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Jon wrote his family another e-mail. I said his first e-mail was too vague and that he needed to expand since the blog does little to do that as of now Here’s his second e-mail.

I have realized (it has been pointed out to me, anyway) how cruel it
is to withhold the whole story. I guess the blog is more aimed at
telling the story well for my posterity than being informative to
those who have no idea what I’m talking about. So here’s the story in
a nutshell:

As Lilah and Eden grew and started to ask questions (mostly Lilah) I
knew that I would be teaching them to believe in Mormonism. This
reawakened old doubts that I had been hiding from for years. I decided
that I had to know for myself. I couldn’t lie to them and say that I
was sure when I wasn’t. So I studied and prayed like we’ve been taught
to do. My studies took me outside of the comfortable mainstream of
Mormonism to faithful LDS authors who reported Mormon history as it
was, not as we might wish it to be. My doubts were being confirmed
rather than quieted. In the midst of this, I began to hear about some
recent atheist books published partially in reaction to the religious
fundamentalism which motivated the 9/11 attacks. As I heard the
authors’ arguments, I experienced a radical awakening where I suddenly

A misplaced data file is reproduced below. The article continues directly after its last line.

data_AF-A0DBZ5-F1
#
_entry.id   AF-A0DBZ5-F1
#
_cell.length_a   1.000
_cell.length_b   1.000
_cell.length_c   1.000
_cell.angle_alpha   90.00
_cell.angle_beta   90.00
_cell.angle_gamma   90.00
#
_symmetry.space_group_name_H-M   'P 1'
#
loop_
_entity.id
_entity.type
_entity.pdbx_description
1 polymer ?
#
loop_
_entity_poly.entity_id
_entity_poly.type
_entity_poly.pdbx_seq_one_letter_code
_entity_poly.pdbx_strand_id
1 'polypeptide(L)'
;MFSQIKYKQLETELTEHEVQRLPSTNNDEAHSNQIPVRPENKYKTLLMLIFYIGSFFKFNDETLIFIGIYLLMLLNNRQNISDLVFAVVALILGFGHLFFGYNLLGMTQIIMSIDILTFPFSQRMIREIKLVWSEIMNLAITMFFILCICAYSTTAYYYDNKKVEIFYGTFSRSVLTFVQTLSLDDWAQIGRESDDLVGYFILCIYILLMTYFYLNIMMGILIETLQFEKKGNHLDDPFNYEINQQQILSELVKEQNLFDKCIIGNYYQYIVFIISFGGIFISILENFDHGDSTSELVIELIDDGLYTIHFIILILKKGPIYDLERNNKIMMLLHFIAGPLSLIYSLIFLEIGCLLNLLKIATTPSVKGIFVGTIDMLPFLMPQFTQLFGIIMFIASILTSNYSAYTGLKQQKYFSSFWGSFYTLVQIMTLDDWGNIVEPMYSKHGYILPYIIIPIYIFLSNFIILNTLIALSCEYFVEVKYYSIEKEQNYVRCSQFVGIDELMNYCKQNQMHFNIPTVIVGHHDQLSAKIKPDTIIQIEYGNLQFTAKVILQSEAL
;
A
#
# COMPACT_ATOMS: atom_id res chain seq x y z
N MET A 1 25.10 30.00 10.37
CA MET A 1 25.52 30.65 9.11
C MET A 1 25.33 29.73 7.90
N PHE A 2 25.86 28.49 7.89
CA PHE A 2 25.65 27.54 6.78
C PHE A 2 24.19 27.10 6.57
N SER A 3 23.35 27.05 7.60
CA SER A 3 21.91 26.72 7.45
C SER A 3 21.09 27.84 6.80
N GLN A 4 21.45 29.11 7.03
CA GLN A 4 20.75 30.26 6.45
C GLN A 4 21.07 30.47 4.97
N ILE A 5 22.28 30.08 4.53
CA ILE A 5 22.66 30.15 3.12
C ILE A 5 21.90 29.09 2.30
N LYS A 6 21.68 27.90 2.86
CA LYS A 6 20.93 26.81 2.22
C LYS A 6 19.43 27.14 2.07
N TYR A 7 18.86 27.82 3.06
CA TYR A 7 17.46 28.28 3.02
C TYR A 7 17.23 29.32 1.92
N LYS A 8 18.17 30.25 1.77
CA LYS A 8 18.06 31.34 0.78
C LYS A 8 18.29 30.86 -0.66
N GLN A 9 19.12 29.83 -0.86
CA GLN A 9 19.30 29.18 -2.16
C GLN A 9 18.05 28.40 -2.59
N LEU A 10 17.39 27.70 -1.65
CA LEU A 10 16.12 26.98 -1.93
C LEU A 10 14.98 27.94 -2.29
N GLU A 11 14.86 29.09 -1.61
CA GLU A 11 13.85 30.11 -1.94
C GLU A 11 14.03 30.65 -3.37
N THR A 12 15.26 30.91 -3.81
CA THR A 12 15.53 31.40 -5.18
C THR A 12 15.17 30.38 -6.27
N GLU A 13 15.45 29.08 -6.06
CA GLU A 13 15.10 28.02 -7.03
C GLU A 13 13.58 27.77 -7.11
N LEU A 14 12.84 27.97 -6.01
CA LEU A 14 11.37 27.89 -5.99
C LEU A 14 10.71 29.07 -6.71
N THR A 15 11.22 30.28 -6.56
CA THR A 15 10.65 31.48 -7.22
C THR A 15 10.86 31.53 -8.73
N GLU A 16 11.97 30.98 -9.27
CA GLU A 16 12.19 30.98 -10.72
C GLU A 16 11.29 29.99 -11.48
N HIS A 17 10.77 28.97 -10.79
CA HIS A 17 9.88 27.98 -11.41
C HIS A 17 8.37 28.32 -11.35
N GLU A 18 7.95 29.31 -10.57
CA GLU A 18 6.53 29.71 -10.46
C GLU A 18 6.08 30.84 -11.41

realized that everything that I had believed about Mormonism was the
product of self-deceit. This realization, while at times frightening,
brought me unexpected peace and joy.

If I must label myself now, I would say that I am ultimately agnostic,
because I believe that no one (including myself) can have true
certainty about anything. However, the evidence – or lack thereof –
forces me to believe that there is no supreme being, lovingly
intervening in our lives.

This will terrify some, I think. I would have been very worried if I
heard this about someone in our family just a couple of years ago. We
have come to rely on God to protect us against many frightening
things. What I didn’t realize before is that it is possible to live a
perfectly happy, moral life without believing in God. I am happy,
contrary to what I would have expected. I want to be moral (in the
broad sense, not just sexually) because of my empathy for others and
because it is the path to happiness.

If Mormonism is true, then I was doing it very, very wrong. It was the
source of unnecessary anxiety in my life as I tried to be obedient. I
constantly worried about reaching the Celestial Kingdom.
Paradoxically, the less I worried about being obedient, the happier I
was. The happier I was, the more I wanted to be good and help other
people. The people who are the happiest in Mormonism must either have
become supremely self-disciplined or have come to terms with their own
mediocrity. I never managed to do either.

My conscience began to jab me in the ribs every time I participated in
the Church in a way that falsely implied that I believed. But I didn’t
want to leave until I had given it my best shot to get back on the
bandwagon. So I kept this change of heart secret from April of last
year in the hopes that I would return to sanity and that I wouldn’t
need to hurt my family. As I studied and prayed, the separation
between me and God only deepened. The Scriptures where full of ideas
that I found unbelievable or even repugnant. I felt like my prayers